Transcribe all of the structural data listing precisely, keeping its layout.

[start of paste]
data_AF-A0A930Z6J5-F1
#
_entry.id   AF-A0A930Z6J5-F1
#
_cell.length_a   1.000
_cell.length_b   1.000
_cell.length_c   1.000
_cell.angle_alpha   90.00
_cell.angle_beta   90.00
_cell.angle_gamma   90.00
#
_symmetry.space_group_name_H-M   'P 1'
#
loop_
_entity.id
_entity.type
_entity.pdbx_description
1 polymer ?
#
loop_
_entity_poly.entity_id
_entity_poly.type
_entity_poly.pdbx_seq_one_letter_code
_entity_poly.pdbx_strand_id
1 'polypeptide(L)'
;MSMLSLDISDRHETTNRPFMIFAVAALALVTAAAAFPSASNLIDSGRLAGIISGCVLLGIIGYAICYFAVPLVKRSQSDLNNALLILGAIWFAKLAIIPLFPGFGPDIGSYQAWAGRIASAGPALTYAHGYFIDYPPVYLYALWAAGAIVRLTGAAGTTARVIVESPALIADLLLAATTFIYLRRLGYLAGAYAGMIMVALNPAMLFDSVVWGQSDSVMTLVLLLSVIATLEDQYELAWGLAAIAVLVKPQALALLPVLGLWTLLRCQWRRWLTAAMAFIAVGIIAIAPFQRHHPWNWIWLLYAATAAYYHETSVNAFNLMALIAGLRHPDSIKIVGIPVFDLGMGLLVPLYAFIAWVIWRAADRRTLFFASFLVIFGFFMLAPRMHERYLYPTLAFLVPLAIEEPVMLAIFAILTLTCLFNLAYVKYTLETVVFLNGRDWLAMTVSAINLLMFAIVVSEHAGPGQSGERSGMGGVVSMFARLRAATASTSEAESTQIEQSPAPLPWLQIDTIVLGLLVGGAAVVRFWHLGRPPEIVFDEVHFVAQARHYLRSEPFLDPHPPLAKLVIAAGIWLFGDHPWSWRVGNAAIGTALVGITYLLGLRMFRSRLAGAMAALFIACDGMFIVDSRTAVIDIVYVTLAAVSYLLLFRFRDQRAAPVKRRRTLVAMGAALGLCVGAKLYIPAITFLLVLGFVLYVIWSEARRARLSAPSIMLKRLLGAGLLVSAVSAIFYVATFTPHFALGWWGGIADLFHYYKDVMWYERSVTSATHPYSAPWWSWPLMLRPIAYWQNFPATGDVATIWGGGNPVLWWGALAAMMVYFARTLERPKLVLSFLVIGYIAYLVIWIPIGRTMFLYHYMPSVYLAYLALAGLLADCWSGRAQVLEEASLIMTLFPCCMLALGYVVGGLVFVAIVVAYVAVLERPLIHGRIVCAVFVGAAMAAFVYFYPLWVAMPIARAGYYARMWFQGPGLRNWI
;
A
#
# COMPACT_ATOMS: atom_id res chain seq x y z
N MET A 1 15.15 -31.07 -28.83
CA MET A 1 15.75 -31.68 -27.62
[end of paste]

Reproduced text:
data_AF-A0A930Z6J5-F1
#
_entry.id   AF-A0A930Z6J5-F1
#
_cell.length_a   1.000
_cell.length_b   1.000
_cell.length_c   1.000
_cell.angle_alpha   90.00
_cell.angle_beta   90.00
_cell.angle_gamma   90.00
#
_symmetry.space_group_name_H-M   'P 1'
#
loop_
_entity.id
_entity.type
_entity.pdbx_description
1 polymer ?
#
loop_
_entity_poly.entity_id
_entity_poly.type
_entity_poly.pdbx_seq_one_letter_code
_entity_poly.pdbx_strand_id
1 'polypeptide(L)'
;MSMLSLDISDRHETTNRPFMIFAVAALALVTAAAAFPSASNLIDSGRLAGIISGCVLLGIIGYAICYFAVPLVKRSQSDLNNALLILGAIWFAKLAIIPLFPGFGPDIGSYQAWAGRIASAGPALTYAHGYFIDYPPVYLYALWAAGAIVRLTGAAGTTARVIVESPALIADLLLAATTFIYLRRLGYLAGAYAGMIMVALNPAMLFDSVVWGQSDSVMTLVLLLSVIATLEDQYELAWGLAAIAVLVKPQALALLPVLGLWTLLRCQWRRWLTAAMAFIAVGIIAIAPFQRHHPWNWIWLLYAATAAYYHETSVNAFNLMALIAGLRHPDSIKIVGIPVFDLGMGLLVPLYAFIAWVIWRAADRRTLFFASFLVIFGFFMLAPRMHERYLYPTLAFLVPLAIEEPVMLAIFAILTLTCLFNLAYVKYTLETVVFLNGRDWLAMTVSAINLLMFAIVVSEHAGPGQSGERSGMGGVVSMFARLRAATASTSEAESTQIEQSPAPLPWLQIDTIVLGLLVGGAAVVRFWHLGRPPEIVFDEVHFVAQARHYLRSEPFLDPHPPLAKLVIAAGIWLFGDHPWSWRVGNAAIGTALVGITYLLGLRMFRSRLAGAMAALFIACDGMFIVDSRTAVIDIVYVTLAAVSYLLLFRFRDQRAAPVKRRRTLVAMGAALGLCVGAKLYIPAITFLLVLGFVLYVIWSEARRARLSAPSIMLKRLLGAGLLVSAVSAIFYVATFTPHFALGWWGGIADLFHYYKDVMWYERSVTSATHPYSAPWWSWPLMLRPIAYWQNFPATGDVATIWGGGNPVLWWGALAAMMVYFARTLERPKLVLSFLVIGYIAYLVIWIPIGRTMFLYHYMPSVYLAYLALAGLLADCWSGRAQVLEEASLIMTLFPCCMLALGYVVGGLVFVAIVVAYVAVLERPLIHGRIVCAVFVGAAMAAFVYFYPLWVAMPIARAGYYARMWFQGPGLRNWI
;
A
#
# COMPACT_ATOMS: atom_id res chain seq x y z
N MET A 1 15.15 -31.07 -28.83
CA MET A 1 15.75 -31.68 -27.62